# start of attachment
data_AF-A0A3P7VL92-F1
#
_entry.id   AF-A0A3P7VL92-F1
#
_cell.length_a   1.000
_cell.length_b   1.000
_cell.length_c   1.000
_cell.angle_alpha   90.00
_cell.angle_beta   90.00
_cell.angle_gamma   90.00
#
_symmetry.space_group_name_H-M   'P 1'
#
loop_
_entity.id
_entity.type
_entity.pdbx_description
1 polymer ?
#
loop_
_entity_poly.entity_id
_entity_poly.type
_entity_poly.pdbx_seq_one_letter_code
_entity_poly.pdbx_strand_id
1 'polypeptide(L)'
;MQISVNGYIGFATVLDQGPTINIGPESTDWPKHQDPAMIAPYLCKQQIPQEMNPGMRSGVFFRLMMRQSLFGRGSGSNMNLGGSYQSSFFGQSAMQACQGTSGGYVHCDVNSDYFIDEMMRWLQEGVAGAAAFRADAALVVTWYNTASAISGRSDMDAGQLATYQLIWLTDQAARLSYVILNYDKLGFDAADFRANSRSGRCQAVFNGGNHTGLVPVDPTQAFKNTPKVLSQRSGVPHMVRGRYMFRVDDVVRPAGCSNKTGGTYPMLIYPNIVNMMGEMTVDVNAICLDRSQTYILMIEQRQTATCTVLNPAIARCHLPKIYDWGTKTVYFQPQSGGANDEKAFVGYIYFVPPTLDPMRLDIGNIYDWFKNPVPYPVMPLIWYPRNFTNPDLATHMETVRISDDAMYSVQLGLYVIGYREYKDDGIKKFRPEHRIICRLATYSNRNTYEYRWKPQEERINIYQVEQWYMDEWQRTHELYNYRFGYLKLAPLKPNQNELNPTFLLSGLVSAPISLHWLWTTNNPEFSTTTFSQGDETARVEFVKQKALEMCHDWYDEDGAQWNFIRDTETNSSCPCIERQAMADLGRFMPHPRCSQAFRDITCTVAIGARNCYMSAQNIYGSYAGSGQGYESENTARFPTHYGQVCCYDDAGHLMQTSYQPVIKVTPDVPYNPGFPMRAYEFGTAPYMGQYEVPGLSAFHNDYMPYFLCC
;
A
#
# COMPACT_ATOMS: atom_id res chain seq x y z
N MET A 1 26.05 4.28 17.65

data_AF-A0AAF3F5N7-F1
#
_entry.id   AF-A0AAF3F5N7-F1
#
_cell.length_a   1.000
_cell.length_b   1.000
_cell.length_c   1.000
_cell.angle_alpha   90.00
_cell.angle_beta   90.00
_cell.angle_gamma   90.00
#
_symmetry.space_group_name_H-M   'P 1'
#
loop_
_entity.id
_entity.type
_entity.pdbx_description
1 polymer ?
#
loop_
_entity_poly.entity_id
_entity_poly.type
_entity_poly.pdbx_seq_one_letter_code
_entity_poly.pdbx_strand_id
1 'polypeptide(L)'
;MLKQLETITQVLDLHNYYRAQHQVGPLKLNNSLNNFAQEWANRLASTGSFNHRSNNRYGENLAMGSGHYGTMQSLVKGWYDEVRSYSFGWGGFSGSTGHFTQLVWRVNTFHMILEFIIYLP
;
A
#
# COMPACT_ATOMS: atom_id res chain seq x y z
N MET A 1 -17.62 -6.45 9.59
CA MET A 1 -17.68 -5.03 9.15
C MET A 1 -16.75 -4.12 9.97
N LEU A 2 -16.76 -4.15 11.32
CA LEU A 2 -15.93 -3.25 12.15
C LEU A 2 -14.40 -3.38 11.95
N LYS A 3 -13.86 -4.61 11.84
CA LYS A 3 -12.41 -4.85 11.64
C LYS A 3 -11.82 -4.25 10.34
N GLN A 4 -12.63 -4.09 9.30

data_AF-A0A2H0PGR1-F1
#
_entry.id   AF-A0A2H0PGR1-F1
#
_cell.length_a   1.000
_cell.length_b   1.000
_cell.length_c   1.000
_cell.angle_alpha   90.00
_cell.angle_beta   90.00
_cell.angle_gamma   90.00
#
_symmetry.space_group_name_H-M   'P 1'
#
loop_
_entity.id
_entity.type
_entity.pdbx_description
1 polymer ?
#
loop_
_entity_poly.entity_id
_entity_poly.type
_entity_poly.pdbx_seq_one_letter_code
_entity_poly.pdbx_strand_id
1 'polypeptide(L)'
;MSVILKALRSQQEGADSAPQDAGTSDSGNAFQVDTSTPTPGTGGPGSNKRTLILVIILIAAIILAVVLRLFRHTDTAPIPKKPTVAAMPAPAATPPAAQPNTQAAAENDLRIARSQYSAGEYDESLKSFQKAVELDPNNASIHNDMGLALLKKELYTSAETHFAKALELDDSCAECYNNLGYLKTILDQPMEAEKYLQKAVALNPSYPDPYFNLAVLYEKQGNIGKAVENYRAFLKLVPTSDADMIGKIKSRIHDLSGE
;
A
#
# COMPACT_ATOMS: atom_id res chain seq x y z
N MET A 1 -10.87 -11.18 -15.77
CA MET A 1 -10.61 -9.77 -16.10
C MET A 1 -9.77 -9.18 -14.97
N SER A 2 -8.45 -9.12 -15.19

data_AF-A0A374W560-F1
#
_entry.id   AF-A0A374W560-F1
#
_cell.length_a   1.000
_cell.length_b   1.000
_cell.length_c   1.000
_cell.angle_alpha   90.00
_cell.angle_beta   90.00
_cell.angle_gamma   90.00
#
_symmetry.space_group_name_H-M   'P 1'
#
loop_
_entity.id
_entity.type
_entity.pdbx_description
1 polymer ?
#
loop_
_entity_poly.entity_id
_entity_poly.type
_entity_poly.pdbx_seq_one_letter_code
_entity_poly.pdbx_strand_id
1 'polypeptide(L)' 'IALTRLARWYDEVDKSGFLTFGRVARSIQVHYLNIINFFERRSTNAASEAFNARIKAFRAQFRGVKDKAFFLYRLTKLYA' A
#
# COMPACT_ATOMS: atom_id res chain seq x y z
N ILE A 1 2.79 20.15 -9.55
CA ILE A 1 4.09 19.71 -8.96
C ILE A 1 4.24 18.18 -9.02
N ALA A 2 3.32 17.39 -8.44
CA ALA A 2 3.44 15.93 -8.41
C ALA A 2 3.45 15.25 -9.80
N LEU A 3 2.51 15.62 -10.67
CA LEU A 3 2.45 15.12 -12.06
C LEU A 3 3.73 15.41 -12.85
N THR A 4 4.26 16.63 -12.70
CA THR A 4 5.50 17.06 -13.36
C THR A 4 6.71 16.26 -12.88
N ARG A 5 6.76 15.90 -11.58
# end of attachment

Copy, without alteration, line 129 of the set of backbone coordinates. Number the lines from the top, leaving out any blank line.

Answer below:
_entity_poly.pdbx_strand_id